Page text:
Brooks Laich tried to play through a groin injury this year. He did not succeed. As Laich struggled, Oates paired him with Troy Brouwer, where the pair got outshot and outscored. Brouwer’s crash-the-net instincts did not blend well with Laich’s hobbled speed and declining possession, but Oates nonetheless kept them together for 30% of the season.
Brouwer’s production improved after the breakup, mostly due to the power play, which truly is awesome.
When George McPhee acquired Martin Erat last April, he explicitly called the Nashville winger a top-six player. It seems Oates and McPhee were not on the same page about that. Instead of getting top-six minutes, Erat got less ice time than any forward except Volpatti, Wilson, and Beagle.
In spite of how Oates used him, Erat was one of the team’s best possession players and even tied for third in even-strength assists (on a bad even-strength team) while playing fewer minutes with inferior players.
Oates eventually pushed Erat out, sending his asset value plummeting. George McPhee traded Martin Erat for a few minor league players and a middle round draft pick— a stark drop-off from the highly rated prospect given up for Erat in 2013.
This is like Erat, Part II. After acquiring Penner at the deadline, McPhee went as far to call him a replacement for Erat on the left side, albeit with more net presence. McPhee declined to say if Oates would play Penner on the top line, but he probably didn’t expect what would actually happen.
Penner has played under 12 minutes more often than not, making him a fourth liner. He has scored one goal and two assists in his 165 minutes, less than ten of which he’s shared with Alex Ovechkin. That is not the usage that fans expected from the big deadline pick-up, and one has to wonder if McPhee didn’t see it coming either.
George McPhee built a defensive corps of mobile defensemen, but Adam Oates wanted his blueliners to play a stricter style that did not match their talents. The coach told Ed Frankovic that he instructs his defenders to pass the puck within five feet of getting it during breakouts. That’s a very big adjustment for guys like Green, Carlson, and Orlov, who were first scouted for their skills at carrying the puck through the neutral zone.
That’s one small reason for the decline of the Caps defense, but it’s also emblematic of the kind of rigidity Oates has imposed to the team’s detriment and without any perceptible benefit. The Caps’ neutral-zone play– full of turnovers, odd-man rushes against, and missed passes– is one of their biggest flaws. It’s also the direct product of Oates’ systems decisions.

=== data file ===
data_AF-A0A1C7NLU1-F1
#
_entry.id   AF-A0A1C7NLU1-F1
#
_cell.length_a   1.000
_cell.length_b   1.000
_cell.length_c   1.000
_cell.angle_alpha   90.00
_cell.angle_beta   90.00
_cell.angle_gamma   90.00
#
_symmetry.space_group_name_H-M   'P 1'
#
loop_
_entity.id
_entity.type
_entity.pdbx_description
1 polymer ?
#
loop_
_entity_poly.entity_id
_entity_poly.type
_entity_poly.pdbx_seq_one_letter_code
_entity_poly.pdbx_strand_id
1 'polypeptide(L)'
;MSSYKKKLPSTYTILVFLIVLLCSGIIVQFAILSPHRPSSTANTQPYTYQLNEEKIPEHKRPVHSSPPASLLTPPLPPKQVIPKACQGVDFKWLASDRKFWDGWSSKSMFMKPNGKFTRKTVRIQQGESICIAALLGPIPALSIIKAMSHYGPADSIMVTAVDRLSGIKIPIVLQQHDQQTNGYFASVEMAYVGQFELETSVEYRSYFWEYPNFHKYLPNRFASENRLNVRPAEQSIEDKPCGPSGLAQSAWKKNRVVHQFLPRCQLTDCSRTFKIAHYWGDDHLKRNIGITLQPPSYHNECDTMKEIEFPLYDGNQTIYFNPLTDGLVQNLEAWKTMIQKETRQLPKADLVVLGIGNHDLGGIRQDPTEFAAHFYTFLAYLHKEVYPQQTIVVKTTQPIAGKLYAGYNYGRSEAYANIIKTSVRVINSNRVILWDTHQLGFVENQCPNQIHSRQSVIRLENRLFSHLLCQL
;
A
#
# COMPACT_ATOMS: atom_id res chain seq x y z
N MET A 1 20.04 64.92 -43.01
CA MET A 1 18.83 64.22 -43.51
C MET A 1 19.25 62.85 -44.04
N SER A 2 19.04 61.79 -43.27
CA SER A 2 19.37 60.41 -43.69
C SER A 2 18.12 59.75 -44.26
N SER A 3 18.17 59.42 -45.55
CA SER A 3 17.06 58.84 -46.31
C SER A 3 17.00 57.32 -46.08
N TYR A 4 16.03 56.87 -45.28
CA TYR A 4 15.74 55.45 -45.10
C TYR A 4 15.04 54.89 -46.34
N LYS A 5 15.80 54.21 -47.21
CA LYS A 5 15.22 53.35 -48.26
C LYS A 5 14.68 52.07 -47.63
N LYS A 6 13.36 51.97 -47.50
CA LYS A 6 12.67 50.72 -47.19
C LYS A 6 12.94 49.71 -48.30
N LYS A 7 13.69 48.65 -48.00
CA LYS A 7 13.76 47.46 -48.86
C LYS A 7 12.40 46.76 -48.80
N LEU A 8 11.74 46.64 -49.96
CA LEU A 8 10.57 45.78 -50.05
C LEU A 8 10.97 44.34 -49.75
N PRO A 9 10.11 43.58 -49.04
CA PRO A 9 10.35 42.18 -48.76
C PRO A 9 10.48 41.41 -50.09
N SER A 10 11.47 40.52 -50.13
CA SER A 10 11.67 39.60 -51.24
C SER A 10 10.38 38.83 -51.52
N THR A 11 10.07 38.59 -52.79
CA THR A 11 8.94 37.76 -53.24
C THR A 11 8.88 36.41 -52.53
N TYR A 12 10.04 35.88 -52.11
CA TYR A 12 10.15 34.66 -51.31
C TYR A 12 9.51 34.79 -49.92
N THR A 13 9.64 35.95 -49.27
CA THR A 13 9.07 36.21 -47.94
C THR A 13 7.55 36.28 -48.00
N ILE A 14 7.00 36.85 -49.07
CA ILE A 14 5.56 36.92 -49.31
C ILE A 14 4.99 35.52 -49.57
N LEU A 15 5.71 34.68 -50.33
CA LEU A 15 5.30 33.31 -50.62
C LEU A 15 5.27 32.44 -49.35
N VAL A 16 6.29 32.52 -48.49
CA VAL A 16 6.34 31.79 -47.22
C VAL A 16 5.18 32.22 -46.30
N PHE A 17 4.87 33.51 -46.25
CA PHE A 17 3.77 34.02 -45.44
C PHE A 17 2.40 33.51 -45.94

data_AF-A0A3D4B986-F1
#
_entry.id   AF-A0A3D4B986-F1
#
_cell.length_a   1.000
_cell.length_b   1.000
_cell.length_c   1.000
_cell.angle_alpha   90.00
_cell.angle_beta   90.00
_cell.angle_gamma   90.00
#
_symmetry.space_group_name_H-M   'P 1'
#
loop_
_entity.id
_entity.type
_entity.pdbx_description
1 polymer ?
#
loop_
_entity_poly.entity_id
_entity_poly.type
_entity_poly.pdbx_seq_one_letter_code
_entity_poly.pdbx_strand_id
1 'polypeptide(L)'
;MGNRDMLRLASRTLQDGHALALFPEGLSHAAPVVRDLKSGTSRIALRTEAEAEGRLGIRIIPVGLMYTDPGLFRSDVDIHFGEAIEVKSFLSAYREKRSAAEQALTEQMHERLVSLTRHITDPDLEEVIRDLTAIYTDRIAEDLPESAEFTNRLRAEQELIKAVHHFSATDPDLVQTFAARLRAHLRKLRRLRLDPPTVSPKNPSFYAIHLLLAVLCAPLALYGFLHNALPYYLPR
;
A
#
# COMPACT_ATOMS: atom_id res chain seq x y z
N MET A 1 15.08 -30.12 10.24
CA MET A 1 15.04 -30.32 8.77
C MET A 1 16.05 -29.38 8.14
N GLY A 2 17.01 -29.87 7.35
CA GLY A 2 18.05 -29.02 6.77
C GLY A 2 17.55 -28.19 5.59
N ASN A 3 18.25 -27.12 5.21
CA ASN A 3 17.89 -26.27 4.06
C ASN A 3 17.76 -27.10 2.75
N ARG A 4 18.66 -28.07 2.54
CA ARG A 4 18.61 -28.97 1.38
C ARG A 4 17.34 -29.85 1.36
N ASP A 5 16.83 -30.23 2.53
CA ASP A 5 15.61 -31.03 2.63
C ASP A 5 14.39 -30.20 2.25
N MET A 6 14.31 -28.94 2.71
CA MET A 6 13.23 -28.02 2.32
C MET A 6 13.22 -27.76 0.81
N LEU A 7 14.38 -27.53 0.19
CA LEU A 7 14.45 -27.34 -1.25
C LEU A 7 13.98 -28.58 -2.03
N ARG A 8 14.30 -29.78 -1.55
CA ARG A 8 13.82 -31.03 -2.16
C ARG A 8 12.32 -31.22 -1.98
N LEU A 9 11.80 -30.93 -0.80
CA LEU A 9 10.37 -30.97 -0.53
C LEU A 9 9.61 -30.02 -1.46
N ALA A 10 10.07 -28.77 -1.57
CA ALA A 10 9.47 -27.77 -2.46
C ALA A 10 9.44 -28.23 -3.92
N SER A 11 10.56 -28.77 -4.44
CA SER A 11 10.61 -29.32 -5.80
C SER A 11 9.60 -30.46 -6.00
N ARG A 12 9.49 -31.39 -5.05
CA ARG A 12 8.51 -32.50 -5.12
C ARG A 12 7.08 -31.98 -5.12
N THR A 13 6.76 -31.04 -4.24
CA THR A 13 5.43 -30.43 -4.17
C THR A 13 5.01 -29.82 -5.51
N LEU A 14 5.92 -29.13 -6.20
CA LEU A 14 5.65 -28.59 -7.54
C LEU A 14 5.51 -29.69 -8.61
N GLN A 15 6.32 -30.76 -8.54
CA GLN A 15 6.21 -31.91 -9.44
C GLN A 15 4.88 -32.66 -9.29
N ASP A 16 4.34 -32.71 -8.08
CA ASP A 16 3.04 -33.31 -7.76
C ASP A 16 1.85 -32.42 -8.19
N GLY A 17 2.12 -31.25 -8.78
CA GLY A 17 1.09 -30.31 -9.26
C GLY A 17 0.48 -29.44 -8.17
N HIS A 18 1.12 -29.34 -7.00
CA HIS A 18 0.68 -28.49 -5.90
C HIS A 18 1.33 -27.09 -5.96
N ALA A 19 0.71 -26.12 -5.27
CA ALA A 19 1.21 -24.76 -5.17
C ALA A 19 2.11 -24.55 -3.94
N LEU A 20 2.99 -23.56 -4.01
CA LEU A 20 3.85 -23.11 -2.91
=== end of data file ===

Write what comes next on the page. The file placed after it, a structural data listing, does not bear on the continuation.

The defensive pair known as Carlzner was a possession monster at the end of the Boudreau administration. Under Hunter, they faltered, along with everyone else, but Oates brought renewed hope Carlson and Alzner could return to glory. Instead of developing as talented young defenders, Alzner and Carlson have regressed— the opposite of what Oates’ hands-on, tactics-focused coaching was supposed to do.
Carlson and Alzner eat up big, tough minutes for the Caps, but they’re trending in the wrong direction. There’s no reason to think they’ll do any better playing under the same system or coach.
This one is easy. Goalies in back-to-back situations perform worse. You might see a goalie do great in B2Bs sometimes, even getting a shutout from time to time, but overall they save fewer shots when they haven’t been rested.
Oates played Braden Holtby on consecutive days three times this season. He played Grubauer and Halak in back-to-backs once each.
There are few cases when statistics are as instructive as this, and yet Oates ignored it. Riding the hot hand caused a bunch of problems for the team– especially in December– but it also further exposed the team’s head coach as a stubborn man unswayed by analysis.
Michal Neuvirth struggled to stay healthy this season. Once he was ready to play, most expected him to take some starts from Braden Holtby, who began struggling in December. Instead, Oates played Hershey’s Philipp Grubauer for most of the month– alienating in the process both the team’s then-franchise goalie in Holtby and his backup, Neuvy.
Already a below-average goaltender with a history of injuries, Neuvirth’s value as an asset sunk even further by the vote of no-confidence from his coach and his resulting trade request (again: one of
four three this year). Despite that, George McPhee managed an impressive return, snagging Jaroslav Halak from Buffalo at the deadline.
No lead has been safe under the Oates regnum. Per Adam Vingan, thirteen times the Caps have blown two-goal leads. Something about Adam Oates’ direction has made the Caps a singularly easy team to catch up to. Maybe it’s their weak possession (43 percent) when they have the lead or some poorly timed goaltending troubles. Either way: a Caps lead means less under Oates than ever before. They did, after all, blow 40 percent of them.
Part of that may be due to the next item.
Again, Adam Vingan of NBC has been all over this. The Capitals have allowed a stunning 28 goals within a couple minutes of scoring, making them one of the most vulnerable teams in the league when they should have been playing confidently.
In my own analysis in early December, I discovered the Caps were playing around Sabres-level hockey in the moments and minutes after they score– plus their goaltender’s save percentage dropped hard.
However we interpret the Caps’ penchant for nullifying their own goals, it’s definitely evidence that something is systemically wrong with how they’re playing.
Even when the Caps were declining under Dale Hunter, they made the postseason by beating up on the weaker teams of the Southeast Division. Under Adam Oates, there’s a distressing pattern of the team playing down to the level of inferior competition.